solace in a cave and hid. Narcissus's cru­elty was punished by Nemesis, goddess of righteous anger, who determined that "he who does not love others will love only himself." One day, as Narcissus bent over a pool to drink, he saw his own reflection and fell in love with it. "Now I know the pain others have felt loving me, for I burn with love for myself," he cried. "But how can I possess the beauty reflected in the water? I cannot part with it. Only death can free me from thisoverpowering love." To no avail the nymphs who had loved him looked for his body to give him a proper burial, for he had turned into the lovely flower which has born his name ever since. Munoz's series Narcissi deliberately revisits this myth and so does Aliento; but while in the latter the reflective pool of water is a mirror, in the former it is the process of decom­position of the image he concocted.

Munoz's Narcissi are a series of distorted self-por­traits drawn on shallow Plexiglas trays. The original image of the self-portrait is photographic, but Munoz, always attentive to alterna­tive deliveries of photogra­phy, transfers it to the mesh of the silkscreen process.

However, he does not continue onto the next step of silkscreen production but instead places the screen over the shal­low tray holding water about an inch deep. Once the screen is as close to the liquid surface as possible, Munoz sprin­kles fine charcoal dust over the mesh so that it goes through it only where it is not blocked by the image on the screen. Thus the char­coal dust "draws" the self-portrait on the surface of the water. The drawing floats on the water and as time, motion, and air movement ravage it, it becomes increasingly dis­torted. The image contin­ues to change until the water slowly evaporates and the charcoal dust set­tles on the bottom of the tray where the image is fixed. Munoz's process of image-making alludes to the biblical myth of creation found in Genesis 3:19-20, "for dust thou art, and unto dust shall thou return."

Although all Narcissi are made from the same silkscreen, no Narcissus is similar to another. In fact, some Narcissi resemble faces other than Munoz's more than they resemble him. The series points not only to the ephem­eral nature of the object of narcissistic adulation but — as time makes us all alike — also to the futility of obsessive love for oneself. The beauty that once shone in the mirror fades and all that remains are its traces: "vanity of vanities, all is vanity." (Ecclesiastes 1:2-5).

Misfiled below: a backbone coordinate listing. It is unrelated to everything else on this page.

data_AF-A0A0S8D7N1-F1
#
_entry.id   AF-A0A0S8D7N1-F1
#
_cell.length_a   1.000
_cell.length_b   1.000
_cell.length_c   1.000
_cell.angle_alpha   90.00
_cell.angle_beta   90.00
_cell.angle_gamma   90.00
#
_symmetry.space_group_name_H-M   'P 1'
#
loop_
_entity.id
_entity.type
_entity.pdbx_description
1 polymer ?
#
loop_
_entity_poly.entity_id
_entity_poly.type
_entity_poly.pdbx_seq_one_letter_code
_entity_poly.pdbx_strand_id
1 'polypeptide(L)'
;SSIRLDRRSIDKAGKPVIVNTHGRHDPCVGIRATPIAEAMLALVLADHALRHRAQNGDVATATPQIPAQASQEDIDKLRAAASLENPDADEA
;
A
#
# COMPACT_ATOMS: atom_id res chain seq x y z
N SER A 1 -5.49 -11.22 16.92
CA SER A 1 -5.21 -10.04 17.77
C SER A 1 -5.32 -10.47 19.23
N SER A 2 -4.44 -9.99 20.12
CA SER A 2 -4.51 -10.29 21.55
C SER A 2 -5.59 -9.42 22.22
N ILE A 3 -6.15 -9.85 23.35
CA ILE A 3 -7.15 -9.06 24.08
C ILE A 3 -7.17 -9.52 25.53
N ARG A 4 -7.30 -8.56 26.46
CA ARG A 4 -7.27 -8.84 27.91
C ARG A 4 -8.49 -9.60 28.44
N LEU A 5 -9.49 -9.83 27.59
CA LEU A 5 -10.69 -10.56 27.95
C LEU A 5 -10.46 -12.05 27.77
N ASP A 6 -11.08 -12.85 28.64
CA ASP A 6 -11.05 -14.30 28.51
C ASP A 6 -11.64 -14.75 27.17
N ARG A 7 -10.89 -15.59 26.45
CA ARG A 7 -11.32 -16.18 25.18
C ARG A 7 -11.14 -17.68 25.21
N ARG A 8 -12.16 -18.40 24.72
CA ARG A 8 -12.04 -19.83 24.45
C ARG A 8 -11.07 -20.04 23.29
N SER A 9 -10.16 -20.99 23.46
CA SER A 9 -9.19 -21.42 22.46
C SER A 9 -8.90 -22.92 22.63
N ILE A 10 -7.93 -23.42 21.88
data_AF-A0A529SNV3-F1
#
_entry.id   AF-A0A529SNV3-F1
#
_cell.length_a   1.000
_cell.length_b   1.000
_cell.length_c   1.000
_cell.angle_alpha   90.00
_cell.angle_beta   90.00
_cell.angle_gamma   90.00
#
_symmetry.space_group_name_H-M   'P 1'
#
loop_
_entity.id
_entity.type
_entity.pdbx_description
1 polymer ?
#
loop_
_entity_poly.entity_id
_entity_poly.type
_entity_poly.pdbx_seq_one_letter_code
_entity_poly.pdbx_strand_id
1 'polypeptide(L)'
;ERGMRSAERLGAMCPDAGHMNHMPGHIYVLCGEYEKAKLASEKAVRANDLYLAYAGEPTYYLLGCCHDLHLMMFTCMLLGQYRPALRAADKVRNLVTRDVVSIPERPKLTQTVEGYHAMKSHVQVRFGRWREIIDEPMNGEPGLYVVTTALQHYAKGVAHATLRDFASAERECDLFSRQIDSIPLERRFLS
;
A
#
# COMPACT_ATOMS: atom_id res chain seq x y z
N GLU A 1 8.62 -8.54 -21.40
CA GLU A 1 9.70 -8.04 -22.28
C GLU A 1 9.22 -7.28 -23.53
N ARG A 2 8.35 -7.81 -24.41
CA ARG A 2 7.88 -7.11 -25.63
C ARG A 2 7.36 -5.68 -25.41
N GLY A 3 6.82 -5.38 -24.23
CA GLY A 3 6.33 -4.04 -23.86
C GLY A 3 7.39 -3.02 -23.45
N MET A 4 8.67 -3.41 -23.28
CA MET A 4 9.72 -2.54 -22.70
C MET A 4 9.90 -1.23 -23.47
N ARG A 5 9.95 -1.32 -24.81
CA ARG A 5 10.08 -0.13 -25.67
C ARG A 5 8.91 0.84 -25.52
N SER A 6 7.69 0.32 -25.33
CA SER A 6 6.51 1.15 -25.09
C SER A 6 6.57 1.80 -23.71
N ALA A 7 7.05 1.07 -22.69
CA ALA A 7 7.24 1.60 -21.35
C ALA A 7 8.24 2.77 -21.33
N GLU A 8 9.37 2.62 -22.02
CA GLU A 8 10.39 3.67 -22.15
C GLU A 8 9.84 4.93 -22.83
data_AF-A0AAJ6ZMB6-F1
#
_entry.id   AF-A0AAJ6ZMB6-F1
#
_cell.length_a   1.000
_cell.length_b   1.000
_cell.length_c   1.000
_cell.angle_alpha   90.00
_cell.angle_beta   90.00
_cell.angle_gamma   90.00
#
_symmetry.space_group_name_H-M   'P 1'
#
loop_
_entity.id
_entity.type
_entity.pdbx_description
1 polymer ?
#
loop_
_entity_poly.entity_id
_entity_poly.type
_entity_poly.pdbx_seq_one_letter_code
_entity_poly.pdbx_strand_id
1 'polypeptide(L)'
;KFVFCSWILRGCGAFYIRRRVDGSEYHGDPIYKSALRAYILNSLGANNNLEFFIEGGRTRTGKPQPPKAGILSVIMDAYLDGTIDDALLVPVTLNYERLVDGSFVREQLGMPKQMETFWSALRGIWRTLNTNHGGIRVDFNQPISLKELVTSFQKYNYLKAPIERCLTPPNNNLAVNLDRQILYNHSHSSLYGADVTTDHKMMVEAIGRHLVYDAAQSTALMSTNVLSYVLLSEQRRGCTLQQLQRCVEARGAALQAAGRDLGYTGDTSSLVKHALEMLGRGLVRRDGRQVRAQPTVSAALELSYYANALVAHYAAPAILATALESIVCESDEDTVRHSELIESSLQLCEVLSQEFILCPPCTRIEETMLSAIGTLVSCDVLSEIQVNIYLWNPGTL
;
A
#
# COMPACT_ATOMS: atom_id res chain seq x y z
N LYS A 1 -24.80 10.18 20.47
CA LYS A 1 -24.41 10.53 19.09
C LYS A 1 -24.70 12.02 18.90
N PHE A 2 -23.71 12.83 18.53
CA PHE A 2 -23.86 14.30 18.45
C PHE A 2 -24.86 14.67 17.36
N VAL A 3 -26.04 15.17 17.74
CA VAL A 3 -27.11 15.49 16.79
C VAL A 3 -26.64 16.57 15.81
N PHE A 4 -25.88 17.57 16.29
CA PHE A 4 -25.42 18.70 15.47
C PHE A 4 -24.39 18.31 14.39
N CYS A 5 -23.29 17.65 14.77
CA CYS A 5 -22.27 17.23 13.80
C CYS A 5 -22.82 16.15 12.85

In Lacrimarios (tear containers), Munoz uses some of the same technical strategies as in the Narcissi; i.e., he uses a silkscreen mesh to draw an image in water, although in Lacrimarios the water is inside a glass cube filled almost to the top. The glass cube is sealed so that as time passes water condenses on the inside of the top glass forming tear-like droplets. The idea of water condensing inside a glass cube is not new. Hans Haacke built a similar cube circa 1964 for a work titledCondensation Cube. Haacke's cube, however, was larger and had very little water in it. The condens­ing water formed droplets that slowly dripped on each of the four inside faces of the cube 'drawing" lines and other patterns on the glass. The droplets in Munoz's Lacrimarios denote tears that stand between the viewer and the float­ing photographic charcoal image — as if the victim inside the cube were looking at the world outside through a curtain of tears, or as if the viewer outside were looking at the image inside through tears. A beam of light that shines from below the cube reflects the image on several of its faces and on the wall where the cube hangs. Lacrimarios is a series in memoriam of a specific victim: an art student who was killed by one of the many-armed groups in the Pacific coast of Colombia. It is a region with one of the highest indices of humidity and precipitation in the world. Thus the droplets also allude to the environment where this particular act of violence was committed.

Many of Munoz's works are char­acterized by an extreme fragility and vulnerability. The viewers who fog the mirrors of Aliento with their breaths often end up spitting on them. The mirror cannot be simply wiped clean without affecting the image. Narcissi and Lacrimarios are fragile because with enough movement the floating image can be totally destroyed. But even this fragility of the works — so troubling for the collector — has a correlate in the interpretation of the work, for it denotes the tenuous relationships between view­ers and victims, or between our image and us, between appearance and reality, or between art and reality. Munoz pro­grams his works to disintegrate, but curiously through that process of decomposition the work fulfills itself and becomes a more conceptual entity.

Fernando R. Castro is an independent photography curator and writer living in Houston, Texas.